Gravity Looks to Reassert Itself, Pulling Dow Back Toward Four Digits

The FOMC meeting has some traders playing it safe.
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Anyone who misses seeing the four-digit handle on the

Dow Jones Industrial Average

should get a chance to see it again this morning.

In no way is this a surprise. Investors have already shown that they have issues with the

10,000 level on the Dow, and a close above it is hardly the thing to resolve them. Though a few weeks ago there were plenty on Wall Street who were

saying 10,000 was "just a number," their ranks have thinned. Like all milestones, the decamillennial level has come to mean something. It makes people reflect on how far they have come. In the last eight years, the stock market has come an awfully long way. To start thinking about that is to start worrying about how much further it can go.

Of course, Dow 10,000 or not, the day after a 2.1% move in the

S&P 500

you expect to see a little pullback. And last night's

warning from

Coca-Cola

(KO) - Get Report

that its first-quarter revenue will be down 2% is weighing on the stock market.

"Clearly, we're going to be weighed down by Coke here and probably see some profit-taking," said Bill Meehan, chief market analyst at

Cantor Fitzgerald

. "And on a risk/reward basis, we might see some institutional money shifting into the bond market."

Furthermore, the market is showing its usual prudence ahead of a

Federal Open Market Committee

meeting. Nobody expects the Fed to move on rates today, but some worry that it will change to a tightening bias -- and that rather than wait until the minutes for this meeting get released a month-and-a-half from now, they will announce the change.

"We might get a little bounce this afternoon," said Meehan. "I don't think there's a change in bias from the Fed." Still, he doesn't think it will be enough to bring stocks to a positive close.

At 9 a.m. EST, the

S&P 500

futures were off 2.2 -- more than 7 below fair value, indicating a drop at the open.

While stocks look weak, Treasuries are doing better. The 30-year was up 8/32 to 94 19/32, dropping the yield to 5.63%.

Despite all the hoopla on Wall Street, Tokyo stocks fell prey to year-end profit-taking. The

Nikkei

slipped 149.72 to 15,859.12. A new post-war high unemployment rate of 4.6% also did some damage.

Hong Kong stocks, on the other hand, ran sharply higher. The

Hang Seng

hopped 251.74, or 2.4%, to 10,940.21.

With New York set for a fall, European stocks were mostly lower. In Frankfurt, the

Dax

was off 24.73 to 4852.19. In Paris, the

CAC

was down 1.17 to 4152.48. But in London, the

FTSE

was up 18.5 to 6271.4.

Tuesday's Wake-Up Watchlist

By

Brian Louis

Staff Reporter

  • Coca-Cola expects worldwide sales to drop up to 2% in the first quarter, and the company said it doesn't expect to meet its 7% to 8% annual volume growth target in 1999. Coca-Cola blamed the news on weak customer demand in Latin America and increased volatility in Russia. Goldman Sachs downgraded the stock to market perform and removed it from its recommended list.
  • Time Warner (TWX) is pondering a plan to turn some of its Internet holdings into a separate public company, though an offering isn't imminent, The Wall Street Journal reported.
  • Amazon.com (AMZN) - Get Report launched an online auction site. In other news (earnings estimates are from First Call):
  • AboveNet Communications (ABOV) set a 2-for-1 stock split.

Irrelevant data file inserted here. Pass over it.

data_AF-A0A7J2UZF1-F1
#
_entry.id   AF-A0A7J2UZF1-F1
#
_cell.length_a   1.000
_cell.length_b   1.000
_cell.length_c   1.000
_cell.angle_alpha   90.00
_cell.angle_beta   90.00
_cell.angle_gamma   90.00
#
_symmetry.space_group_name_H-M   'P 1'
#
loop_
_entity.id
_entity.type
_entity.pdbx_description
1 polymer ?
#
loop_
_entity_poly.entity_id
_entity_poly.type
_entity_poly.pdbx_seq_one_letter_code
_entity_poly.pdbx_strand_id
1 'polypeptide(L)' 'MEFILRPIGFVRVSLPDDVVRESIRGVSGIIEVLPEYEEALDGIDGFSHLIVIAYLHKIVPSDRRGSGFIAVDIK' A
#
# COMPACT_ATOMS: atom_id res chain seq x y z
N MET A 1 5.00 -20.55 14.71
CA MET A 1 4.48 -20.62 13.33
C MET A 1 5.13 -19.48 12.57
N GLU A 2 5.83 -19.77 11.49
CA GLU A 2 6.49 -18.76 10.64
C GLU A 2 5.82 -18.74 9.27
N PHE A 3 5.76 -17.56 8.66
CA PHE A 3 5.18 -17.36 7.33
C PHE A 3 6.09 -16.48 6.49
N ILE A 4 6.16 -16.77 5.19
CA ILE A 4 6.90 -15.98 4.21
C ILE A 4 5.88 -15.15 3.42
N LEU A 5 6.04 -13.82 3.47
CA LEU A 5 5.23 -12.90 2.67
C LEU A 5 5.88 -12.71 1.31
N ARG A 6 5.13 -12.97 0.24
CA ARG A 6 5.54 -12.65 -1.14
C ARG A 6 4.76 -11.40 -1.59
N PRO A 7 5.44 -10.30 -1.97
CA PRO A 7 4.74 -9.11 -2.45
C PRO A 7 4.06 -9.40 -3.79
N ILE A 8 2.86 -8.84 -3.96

• Best Buy (BBY) - Get Report posted fourth-quarter earnings of 52 cents a share, beating the 16-analyst estimate of 50 cents and up from the year-ago 32 cents.
  • Delia's (DLIA) expects fourth-quarter sales of $59 million and earnings per share of 21 cents, in line with the seven-analyst estimate.
  • Gtech (GTK) set a $100 million stock-buyback program.
  • Hillenbrand (HB) posted first-quarter earnings of 67 cents a share, beating the four-analyst consensus estimate by 3 cents and up from the year-ago 64 cents.
  • Icon (ICLR) - Get Report reported third-quarter net income of 19 cents a share, beating the four-analyst consensus estimate by a penny and up from the year-ago 13 cents. For the year ending May 31, the company said earnings will rise more than 30%, short of the 40% growth forecast by analysts.
  • Microsoft (MSFT) - Get Report is slated to hold settlement talks regarding its antitrust case with the Justice Department and the state attorneys general today.
  • National Discount Brokers (NDB) posted third-quarter net income of 58 cents a share, up from the year-ago 30 cents. National Discount Brokers also said it intends to divest itself of its stake in Equitrade Partners, a New York Stock Exchange specialist firm.
  • Pioneer Hi-Bred (PHB) - Get Report posted second-quarter earnings of a penny a share, beating the 10-analyst estimate of a break-even quarter, and reversing the year-ago loss of a penny. Earlier this month, DuPont (DD) - Get Report agreed to buy the 80% of the company it doesn't already own.
  • Morgan Stanley Dean Witter upgraded Pitney Bowes (PBI) - Get Reportto strong buy from outperform.
  • BancBoston Robertson Stephens initiated coverage of Prodigy Communications (PRGY) with a buy rating. BancBoston was an underwriter on Prodigy's IPO in February.
  • Weyerhaeuser (WY) - Get Report said it is "exploring strategic options" for its composite products business, which produces and sells industrial-grade particleboard and medium-density fiberboard, including the possible sale of the business. Weyerhaeuser said the business employs 550 people and generated about $116 million in sales during 1998. For the year ended Dec. 27, 1998, the company reported sales of $10.77 billion.

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